The jailbreak tweak Aeuria LS is a stand-alone lock screen mod that adds clean, minimalist design to this segment of iOS. In addition to the lock screen, the passcode entry keypad can also be customized for a fresh look. Even though elements such as slide to unlock and the Camera icon are hidden, they operate using the same gestures.
LockEditor adds fine tuning to the appearance of the lock screen on jailbroken iOS devices. Minimalists will enjoy the option to remove keypad button rings on the passcode entry screen. Those looking to customize can add flavor with custom text, or toggle over 20 individual options to mod the lock screen. Tbe best part about LockEditor is its stand-alone design, no theming packages are required.
One of the cool things about switching off the simple passcode in iOS 7.1 is a new keyboard design that shows up on the lock screen. This special keyboard only arrives when the user is prompted for a complex passcode, one that includes numbers and letters. Now those with jailbroken devices can install the lock screen keyboard across the entire iOS 7.1 system.
The keyboard itself features transparent keys entirely outlined in white, on a dark background. LockKeyboard is the name of the tweak, which will replace the default iOS 7.1 keyboard with the lock screen keyboard at all times. Once installed, there are no settings or options at all. The new keyboard just appears in any app that needs keyboard input.
There's an ever-expanding list of ways to customize the iPhone unlock for jailbreakers. Users with iOS devices that are not equipped with Touch ID can find some of these mods incredibly useful. The latest addition to the list is a tweak called BlowToUnlock.
This unique method of unlocking the iPhone is similar to Balloonimals but not as fun. Instead of the descriptive term "useful," the word "novelty" is more appropriate for this tweak. The best part about BlowToUnlock is that the developer has released the package free of charge.
When it comes to security concerns, the Heartbleed security flaw is currently dominating headlines everywhere. The good news is that iOS devices are not vulnerable to Heartbleed. Regardless of this fact, setting a passcode is the first step in securing personal information on the iPhone from prying eyes.
Simple passcodes are convenient to use, but limited to a four-digit number. For those looking to beef up the security of their iOS devices, replacing these four digits with a complex passcode will help. Once activated, this feature allows numbers, letters and special characters to be used, vastly improving the strength of the passcode. A long string or several words strung together can be used, locking down an iOS device at the specified time interval.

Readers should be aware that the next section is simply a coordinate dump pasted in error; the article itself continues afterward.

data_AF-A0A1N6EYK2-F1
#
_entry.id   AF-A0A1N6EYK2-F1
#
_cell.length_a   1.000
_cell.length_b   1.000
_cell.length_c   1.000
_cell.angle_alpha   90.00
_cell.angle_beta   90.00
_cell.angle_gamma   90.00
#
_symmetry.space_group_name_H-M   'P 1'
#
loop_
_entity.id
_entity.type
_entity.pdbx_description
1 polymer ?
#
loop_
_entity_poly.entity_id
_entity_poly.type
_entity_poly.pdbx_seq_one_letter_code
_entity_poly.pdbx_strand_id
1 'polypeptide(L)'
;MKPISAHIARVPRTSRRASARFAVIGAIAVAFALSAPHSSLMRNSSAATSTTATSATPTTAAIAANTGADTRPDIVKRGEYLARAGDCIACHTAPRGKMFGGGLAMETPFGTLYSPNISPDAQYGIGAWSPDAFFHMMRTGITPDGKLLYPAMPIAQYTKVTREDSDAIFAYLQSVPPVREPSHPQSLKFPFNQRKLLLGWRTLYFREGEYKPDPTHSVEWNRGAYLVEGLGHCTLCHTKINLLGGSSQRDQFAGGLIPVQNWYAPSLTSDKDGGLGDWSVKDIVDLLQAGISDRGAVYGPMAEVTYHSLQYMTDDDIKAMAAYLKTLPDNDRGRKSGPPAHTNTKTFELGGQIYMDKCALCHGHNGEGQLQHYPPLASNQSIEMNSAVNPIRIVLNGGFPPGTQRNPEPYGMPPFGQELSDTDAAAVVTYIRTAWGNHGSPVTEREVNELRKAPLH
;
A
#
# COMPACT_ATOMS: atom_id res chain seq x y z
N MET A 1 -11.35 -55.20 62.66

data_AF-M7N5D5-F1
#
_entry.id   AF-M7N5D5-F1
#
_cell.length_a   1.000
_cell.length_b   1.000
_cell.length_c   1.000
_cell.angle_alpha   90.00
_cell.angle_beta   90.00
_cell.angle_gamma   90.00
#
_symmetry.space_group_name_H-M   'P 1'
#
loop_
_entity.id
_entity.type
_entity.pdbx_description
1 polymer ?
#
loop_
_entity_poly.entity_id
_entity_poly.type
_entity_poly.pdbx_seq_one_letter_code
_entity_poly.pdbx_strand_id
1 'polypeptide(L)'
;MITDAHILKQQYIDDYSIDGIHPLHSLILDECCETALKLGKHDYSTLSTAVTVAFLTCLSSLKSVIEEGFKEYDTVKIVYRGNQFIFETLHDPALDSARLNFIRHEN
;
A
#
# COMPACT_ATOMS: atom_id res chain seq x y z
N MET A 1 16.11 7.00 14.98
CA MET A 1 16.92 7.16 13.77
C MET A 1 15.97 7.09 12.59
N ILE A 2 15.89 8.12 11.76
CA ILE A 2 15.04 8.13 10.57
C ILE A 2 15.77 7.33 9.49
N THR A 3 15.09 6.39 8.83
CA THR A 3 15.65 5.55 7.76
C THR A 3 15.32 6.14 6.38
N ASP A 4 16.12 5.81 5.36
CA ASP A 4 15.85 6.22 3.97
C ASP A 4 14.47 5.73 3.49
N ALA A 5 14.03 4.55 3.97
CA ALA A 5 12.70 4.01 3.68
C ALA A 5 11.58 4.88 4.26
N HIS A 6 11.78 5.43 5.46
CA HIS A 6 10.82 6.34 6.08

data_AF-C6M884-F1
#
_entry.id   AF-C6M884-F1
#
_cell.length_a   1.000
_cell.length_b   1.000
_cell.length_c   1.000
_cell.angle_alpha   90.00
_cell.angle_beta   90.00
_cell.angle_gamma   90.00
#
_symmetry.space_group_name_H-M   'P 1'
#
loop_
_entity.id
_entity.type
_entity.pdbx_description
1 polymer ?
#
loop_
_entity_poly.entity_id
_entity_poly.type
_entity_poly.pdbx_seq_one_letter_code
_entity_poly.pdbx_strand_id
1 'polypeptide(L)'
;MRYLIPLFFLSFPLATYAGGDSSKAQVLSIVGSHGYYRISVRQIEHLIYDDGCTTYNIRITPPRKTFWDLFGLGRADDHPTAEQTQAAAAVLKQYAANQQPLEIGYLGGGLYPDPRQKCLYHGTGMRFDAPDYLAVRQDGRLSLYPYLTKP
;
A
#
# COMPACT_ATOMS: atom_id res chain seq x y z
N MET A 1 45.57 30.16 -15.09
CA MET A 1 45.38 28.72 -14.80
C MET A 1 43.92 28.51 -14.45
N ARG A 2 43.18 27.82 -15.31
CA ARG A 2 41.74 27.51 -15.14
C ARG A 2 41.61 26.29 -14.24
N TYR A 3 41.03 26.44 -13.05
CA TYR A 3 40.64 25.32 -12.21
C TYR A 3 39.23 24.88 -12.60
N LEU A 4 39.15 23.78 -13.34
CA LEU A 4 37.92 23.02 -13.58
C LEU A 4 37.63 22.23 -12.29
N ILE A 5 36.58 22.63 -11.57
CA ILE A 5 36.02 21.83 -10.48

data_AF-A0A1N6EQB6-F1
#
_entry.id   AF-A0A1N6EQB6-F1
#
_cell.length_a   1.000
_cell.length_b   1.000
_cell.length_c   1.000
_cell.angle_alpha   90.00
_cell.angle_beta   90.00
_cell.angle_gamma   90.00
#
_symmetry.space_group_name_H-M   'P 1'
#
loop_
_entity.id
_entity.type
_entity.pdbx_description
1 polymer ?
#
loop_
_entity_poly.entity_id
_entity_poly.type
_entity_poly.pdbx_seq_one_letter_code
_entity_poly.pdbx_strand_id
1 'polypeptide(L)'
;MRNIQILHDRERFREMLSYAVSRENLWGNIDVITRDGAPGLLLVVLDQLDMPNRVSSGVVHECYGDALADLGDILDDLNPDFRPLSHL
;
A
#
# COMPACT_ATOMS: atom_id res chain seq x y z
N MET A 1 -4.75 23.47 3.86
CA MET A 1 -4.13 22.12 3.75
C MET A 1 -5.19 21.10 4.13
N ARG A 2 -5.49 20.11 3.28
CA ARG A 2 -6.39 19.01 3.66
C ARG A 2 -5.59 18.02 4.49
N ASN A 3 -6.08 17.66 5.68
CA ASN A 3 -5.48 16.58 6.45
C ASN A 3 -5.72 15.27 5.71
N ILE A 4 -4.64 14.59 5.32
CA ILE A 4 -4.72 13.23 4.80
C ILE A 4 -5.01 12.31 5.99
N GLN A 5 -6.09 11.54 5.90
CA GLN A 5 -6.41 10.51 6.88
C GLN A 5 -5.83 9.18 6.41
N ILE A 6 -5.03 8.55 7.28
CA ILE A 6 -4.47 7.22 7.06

Looking for a faster way to access heavily used apps on your iPhone? A new tweak named AppSlider makes it possible to add two app icons to the unlock slider at the bottom of the lock screen. You can choose which apps to make available at all times.
The best part is that the AppSlider tweak respects your passcode, and will follow the same rules as the unlock slider. Once installed on a jailbroken iPhone, AppSlider will shorten the width of the unlock slider and add two app icons when enabled. Any native or third party apps can be opened directly from the lock screen.
Some of you may be wondering if Siri is too good to be true. After all, the technology offers to solve many of your problems via real-time speech interaction. Voice dictation of texts and search parameters is convenient, but at what price? Battery power is not the only thing sacrificed using Siri on the iPhone 4S, that is unless you check your security settings.
Turns out that Siri (much like Voice Control before its time) can access a whole range of functions without ever entering the passcode lock number that protects your iPhone. Reports have indicated that Siri is capable of changing calendar appointments, writing text messages and sending emails, all without ever entering the passcode that normally protects your iPhone 4S.
Screenshots acquired by 9to5 Mac reveal a gesture-based passcode lock screen already in use internally at Apple. The AppleConnect iOS application for employees makes use of the feature.
Much like a similar gesture-based passcode lock found on Android devices, the Apple version allows users to set a private code based on points that are connected by the user on the screen. The iOS version has a progress bar indicating the strength of an individual gesture entered for use as a passcode.
Now there's another reason to update your iPhone when Apple releases the iOS 4.2 firmware this November. The company has stated they are aware of the passcode lock security flaw and will issue a fix with the update. It's not clear whether or not Apple had the fix on their radar before reports about the security hole hit the web this week.
A forum user posted the simple procedure which allows iPhones to be accessed even if passcode lock is engaged. With a simple button sequence at the right time the Phone app can be accessed along with all of the contact information stored on an iPhone. Contacts can be called, emailed or even sent an MMS once the iPhone has been accessed, completely avoiding the four-digit passcode.
Your iPhone personal data is protected by the passcode lock screen at all times, right? Turns out that it's pretty simple to bypass the four-digit passcode to access the phone app revealing contacts, email information, recent calls and even visual voicemail. The process to circumvent the passcode lock revolves around the emergency call feature built into iPhones to allow 911 calls on a locked phone.
MacRumors forum user jordand321 announced the security flaw this weekend. The problem happens when the iPhone is locked but you enter the emergency call screen. Type any non-emergency number and touch the call button.